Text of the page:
Specialised, high-tech production key to attract highly qualified professionals

 In In Focus, News, Restructuring, SME

Portugal must channel EU structural funds to modernise its companies in specialised, high-tech production if it wants to attract highly qualified jobs and professionals to do them.

This was the essential message from the Portuguese Minister of Planning and Territorial Cohesion, Nelson de Souza on Wednesday.
With a long experience in the distribution of structured funds to support, develop and modernise the Portuguese economy, Mr. de Souza has managed various structured funds such as COMPETE, PRIME and QREN as well as managing IAPMEI, the government entity that helps Portuguese SMEs. Indeed, he has served as Secretary of State for SMEs.
Addressing a group of company managers and leaders at a breakfast debate in Lisbon on Wednesday organised by the American Chamber of Commerce in Portugal (AmCham) Nelson de Souza explained the government’s strategy that lay behind the Portugal RRP (Recovery and Resilience Plan) and what the government hopes to achieve through its application.
In 2018, before the pandemic, the government had approved Strategy 2030 which is aimed at growth and a roadmap for the entire decade.
It sought to construct programmes with funding support financed from European funds.
Strategy 2030 is organised around four key agendas geared towards economic development, society and territory: 1) People first: improved demographic balance, greater integration and less inequality. 2) Digitalisation, innovation and qualification as drivers for development 3) Climate transition and resources sustainability 4) A country that is competitive overseas and cohesive internally.
However, the minister said that Portugal’s demographic problems and low birth rate would not be solved in the short term. It required affordable housing for young people and contract stability for young working couples.
There also needed to be a planned programme geared toward immigration to attract young dynamic people to Portugal. “We have not had an integrated strategy for this in recent times,” he said adding that it had to have a specialisation profile; a policy to attract the required resources while integrating such immigrants into the fabric of Portuguese society.
On climatic transition, Nelson de Souza said that Portugal had already been leading the way for many years in the adoption of renewable energy sources and reducing its reliance on fossil fuels.
In order to have sustainable economic development in Portugal and across its regions it is important that development is territorially balanced and not just focused in Lisbon, Porto and along the coast, with development geared toward overseas markets. In the North, for example, the focus should be on central European markets, while along the border the focus would be Spain.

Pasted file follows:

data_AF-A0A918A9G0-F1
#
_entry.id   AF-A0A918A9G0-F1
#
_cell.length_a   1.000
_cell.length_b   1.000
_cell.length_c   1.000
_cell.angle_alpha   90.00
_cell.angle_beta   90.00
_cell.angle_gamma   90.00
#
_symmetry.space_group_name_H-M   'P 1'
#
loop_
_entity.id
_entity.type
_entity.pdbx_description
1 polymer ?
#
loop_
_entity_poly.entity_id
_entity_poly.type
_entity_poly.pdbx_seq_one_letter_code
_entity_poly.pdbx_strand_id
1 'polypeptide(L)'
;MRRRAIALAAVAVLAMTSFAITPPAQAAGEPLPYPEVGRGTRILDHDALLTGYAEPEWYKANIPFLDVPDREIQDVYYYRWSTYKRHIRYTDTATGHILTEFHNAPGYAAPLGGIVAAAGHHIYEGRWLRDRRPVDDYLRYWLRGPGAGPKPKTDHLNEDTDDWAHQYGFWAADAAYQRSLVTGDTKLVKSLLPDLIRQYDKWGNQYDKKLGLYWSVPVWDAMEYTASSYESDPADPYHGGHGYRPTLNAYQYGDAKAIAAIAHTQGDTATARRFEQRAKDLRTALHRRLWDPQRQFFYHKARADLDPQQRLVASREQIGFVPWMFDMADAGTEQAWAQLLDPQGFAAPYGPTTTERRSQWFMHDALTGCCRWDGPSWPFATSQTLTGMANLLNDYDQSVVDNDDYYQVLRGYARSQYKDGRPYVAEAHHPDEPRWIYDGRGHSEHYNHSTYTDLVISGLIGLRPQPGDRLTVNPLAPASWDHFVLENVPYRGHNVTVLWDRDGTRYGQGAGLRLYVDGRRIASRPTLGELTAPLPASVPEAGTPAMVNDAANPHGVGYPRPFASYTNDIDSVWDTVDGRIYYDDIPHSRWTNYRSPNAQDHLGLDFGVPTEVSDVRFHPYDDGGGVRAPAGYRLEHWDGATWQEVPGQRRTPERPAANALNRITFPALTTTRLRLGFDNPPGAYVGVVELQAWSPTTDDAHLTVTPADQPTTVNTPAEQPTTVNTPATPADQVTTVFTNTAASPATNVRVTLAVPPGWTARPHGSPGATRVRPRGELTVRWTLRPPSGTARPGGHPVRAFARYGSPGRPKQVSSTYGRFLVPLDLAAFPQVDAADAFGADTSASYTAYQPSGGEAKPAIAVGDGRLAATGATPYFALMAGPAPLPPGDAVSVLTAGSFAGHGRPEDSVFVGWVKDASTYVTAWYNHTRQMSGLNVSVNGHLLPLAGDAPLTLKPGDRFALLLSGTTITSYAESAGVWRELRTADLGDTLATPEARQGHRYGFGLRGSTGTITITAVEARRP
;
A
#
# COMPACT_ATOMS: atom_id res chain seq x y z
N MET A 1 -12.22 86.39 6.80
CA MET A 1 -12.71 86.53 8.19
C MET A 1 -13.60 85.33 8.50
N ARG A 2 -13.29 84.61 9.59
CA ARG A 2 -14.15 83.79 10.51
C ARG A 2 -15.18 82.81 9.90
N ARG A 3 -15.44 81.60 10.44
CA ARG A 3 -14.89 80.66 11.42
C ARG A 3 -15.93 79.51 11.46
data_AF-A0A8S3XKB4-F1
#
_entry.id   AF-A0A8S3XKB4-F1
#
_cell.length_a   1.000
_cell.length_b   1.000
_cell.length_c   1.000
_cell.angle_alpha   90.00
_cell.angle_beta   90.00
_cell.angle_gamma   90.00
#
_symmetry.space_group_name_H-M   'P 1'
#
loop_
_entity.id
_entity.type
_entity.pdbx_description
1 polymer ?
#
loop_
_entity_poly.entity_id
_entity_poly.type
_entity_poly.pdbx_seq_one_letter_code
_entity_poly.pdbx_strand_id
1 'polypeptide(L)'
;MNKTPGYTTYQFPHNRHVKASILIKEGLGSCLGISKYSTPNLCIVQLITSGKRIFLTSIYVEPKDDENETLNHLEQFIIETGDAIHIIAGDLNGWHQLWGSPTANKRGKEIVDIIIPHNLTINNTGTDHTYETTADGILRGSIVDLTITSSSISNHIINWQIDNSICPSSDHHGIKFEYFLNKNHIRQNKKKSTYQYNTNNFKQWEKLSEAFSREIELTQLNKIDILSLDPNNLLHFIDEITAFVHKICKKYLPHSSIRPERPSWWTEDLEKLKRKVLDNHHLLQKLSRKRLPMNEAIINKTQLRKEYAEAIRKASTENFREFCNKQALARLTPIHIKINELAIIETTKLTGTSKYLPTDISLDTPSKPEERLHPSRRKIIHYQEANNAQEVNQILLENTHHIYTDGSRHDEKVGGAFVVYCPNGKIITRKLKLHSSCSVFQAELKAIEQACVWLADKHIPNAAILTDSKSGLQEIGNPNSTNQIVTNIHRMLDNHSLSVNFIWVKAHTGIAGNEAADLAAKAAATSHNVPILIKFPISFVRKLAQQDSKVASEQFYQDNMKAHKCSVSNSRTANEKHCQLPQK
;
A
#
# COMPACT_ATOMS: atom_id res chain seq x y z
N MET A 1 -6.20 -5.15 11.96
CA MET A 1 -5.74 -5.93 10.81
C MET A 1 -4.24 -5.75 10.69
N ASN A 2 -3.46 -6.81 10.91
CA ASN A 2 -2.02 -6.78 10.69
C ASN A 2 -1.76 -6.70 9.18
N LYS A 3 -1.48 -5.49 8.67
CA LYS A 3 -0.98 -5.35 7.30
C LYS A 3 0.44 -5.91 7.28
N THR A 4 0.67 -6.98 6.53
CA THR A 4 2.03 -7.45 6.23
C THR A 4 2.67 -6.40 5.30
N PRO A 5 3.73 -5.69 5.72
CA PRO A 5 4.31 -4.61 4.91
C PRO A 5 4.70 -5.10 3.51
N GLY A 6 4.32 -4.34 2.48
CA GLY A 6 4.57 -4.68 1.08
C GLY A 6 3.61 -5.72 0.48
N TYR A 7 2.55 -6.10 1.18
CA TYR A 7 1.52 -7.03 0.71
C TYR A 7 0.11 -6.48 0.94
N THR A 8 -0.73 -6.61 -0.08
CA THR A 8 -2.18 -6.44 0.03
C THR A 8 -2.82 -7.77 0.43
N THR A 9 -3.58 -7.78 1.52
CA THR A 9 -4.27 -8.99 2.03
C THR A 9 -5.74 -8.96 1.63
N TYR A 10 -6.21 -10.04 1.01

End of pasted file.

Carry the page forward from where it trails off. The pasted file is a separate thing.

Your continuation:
“We should also not forget our entire Atlantic-facing coastline, most specifically the fact that it faces the Americas and provide another opportunity that should not be forgotten but leveraged in this new post-Brexit Europe,” said the minister.
Turning to the level of qualifications in the Portuguese population, he said that in 2000 only 11% of the population had university education, but by 2021 40% now had higher education which he called “extraordinary” and that the paying of tuition fees and grants through EU structural funding in the case of students from underprivileged economic backgrounds, had been decisive.
“Education is vital for our development”, he said adding that in 2000 Portugal had one of the highest indicators in Europe for leaving school early. Around 40% of school pupils left school before their secondary school final exams.
Thanks to structural funds, around 250,000 students per year were now completing professional education courses, allowing Portugal to converge with the European average of 6.8%.
However, despite the encouraging numbers in professional and academic courses at universities and technical colleges, the problem of attracting overseas talent and retaining local talent in Portugal had not been solved.
“This generation, which is the most highly qualified to date, cannot find the job opportunities in Portugal that they are now qualified to do. So now we have to improve the gap between the supply of courses on offer and the supply of job opportunities to meet them. Sadly, because of the incapacity of Portugal’s companies and industries to keep pace with specialised production and this is something on which we now need to focus with the help of these funds,” concluded the Portuguese minister of Planning and Territorial Cohesion, Nelson de Souza.

The AmCham event was introduced by the President of the chamber, António Martins da Costa and moderated by Miguel Eiras Antunues (Deloitte), a leading expert in Smart Cities and Urban Ecosystems.